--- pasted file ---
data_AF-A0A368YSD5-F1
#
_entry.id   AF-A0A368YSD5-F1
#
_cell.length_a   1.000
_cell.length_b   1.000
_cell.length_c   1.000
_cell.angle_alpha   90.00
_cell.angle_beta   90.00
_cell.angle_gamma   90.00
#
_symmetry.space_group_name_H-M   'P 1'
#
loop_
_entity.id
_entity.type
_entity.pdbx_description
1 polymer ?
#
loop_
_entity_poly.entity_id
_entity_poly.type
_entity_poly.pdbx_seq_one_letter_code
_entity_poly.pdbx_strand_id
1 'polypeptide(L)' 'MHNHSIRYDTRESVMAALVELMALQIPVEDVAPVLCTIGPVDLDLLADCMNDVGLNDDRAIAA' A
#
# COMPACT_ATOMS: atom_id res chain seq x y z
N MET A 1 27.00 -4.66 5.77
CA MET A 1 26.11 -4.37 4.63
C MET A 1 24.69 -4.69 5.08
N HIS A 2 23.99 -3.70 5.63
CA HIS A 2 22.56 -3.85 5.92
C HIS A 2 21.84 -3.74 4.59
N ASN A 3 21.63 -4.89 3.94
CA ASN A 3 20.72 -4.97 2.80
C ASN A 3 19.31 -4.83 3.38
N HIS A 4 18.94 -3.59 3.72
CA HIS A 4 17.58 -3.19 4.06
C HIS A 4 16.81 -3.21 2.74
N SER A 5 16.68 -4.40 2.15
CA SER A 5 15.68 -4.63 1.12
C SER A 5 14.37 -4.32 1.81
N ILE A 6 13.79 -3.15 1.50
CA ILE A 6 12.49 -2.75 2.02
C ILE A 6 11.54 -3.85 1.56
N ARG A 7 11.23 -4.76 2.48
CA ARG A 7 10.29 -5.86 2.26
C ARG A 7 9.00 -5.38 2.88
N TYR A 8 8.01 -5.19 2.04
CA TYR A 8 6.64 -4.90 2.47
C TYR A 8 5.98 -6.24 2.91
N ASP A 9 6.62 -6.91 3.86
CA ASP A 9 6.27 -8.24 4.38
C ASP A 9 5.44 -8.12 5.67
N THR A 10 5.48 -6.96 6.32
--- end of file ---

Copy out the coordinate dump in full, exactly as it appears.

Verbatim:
data_AF-A0A368YSD5-F1
#
_entry.id   AF-A0A368YSD5-F1
#
_cell.length_a   1.000
_cell.length_b   1.000
_cell.length_c   1.000
_cell.angle_alpha   90.00
_cell.angle_beta   90.00
_cell.angle_gamma   90.00
#
_symmetry.space_group_name_H-M   'P 1'
#
loop_
_entity.id
_entity.type
_entity.pdbx_description
1 polymer ?
#
loop_
_entity_poly.entity_id
_entity_poly.type
_entity_poly.pdbx_seq_one_letter_code
_entity_poly.pdbx_strand_id
1 'polypeptide(L)' 'MHNHSIRYDTRESVMAALVELMALQIPVEDVAPVLCTIGPVDLDLLADCMNDVGLNDDRAIAA' A
#
# COMPACT_ATOMS: atom_id res chain seq x y z
N MET A 1 27.00 -4.66 5.77
CA MET A 1 26.11 -4.37 4.63
C MET A 1 24.69 -4.69 5.08
N HIS A 2 23.99 -3.70 5.63
CA HIS A 2 22.56 -3.85 5.92
C HIS A 2 21.84 -3.74 4.59
N ASN A 3 21.63 -4.89 3.94
CA ASN A 3 20.72 -4.97 2.80
C ASN A 3 19.31 -4.83 3.38
N HIS A 4 18.94 -3.59 3.72
CA HIS A 4 17.58 -3.19 4.06
C HIS A 4 16.81 -3.21 2.74
N SER A 5 16.68 -4.40 2.15
CA SER A 5 15.68 -4.63 1.12
C SER A 5 14.37 -4.32 1.81
N ILE A 6 13.79 -3.15 1.50
CA ILE A 6 12.49 -2.75 2.02
C ILE A 6 11.54 -3.85 1.56
N ARG A 7 11.23 -4.76 2.48
CA ARG A 7 10.29 -5.86 2.26
C ARG A 7 9.00 -5.38 2.88
N TYR A 8 8.01 -5.19 2.04
CA TYR A 8 6.64 -4.90 2.47
C TYR A 8 5.98 -6.24 2.91
N ASP A 9 6.62 -6.91 3.86
CA ASP A 9 6.27 -8.24 4.38
C ASP A 9 5.44 -8.12 5.67
N THR A 10 5.48 -6.96 6.32